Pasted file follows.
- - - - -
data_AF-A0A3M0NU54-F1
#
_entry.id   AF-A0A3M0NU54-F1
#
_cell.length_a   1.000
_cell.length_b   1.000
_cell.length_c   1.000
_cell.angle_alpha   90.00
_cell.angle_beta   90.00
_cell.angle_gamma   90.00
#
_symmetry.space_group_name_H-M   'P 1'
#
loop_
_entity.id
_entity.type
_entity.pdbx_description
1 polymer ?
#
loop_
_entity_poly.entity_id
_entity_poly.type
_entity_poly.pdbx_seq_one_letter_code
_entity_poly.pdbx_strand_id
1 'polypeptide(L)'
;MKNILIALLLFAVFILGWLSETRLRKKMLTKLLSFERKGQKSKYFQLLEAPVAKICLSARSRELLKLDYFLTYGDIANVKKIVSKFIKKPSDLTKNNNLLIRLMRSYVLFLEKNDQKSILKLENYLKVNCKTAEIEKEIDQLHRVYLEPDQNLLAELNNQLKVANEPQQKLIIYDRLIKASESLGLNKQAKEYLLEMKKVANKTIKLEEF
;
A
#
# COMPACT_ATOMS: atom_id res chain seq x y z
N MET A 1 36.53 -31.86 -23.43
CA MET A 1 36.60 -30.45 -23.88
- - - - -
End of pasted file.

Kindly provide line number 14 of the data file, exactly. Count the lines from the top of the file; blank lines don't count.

loop_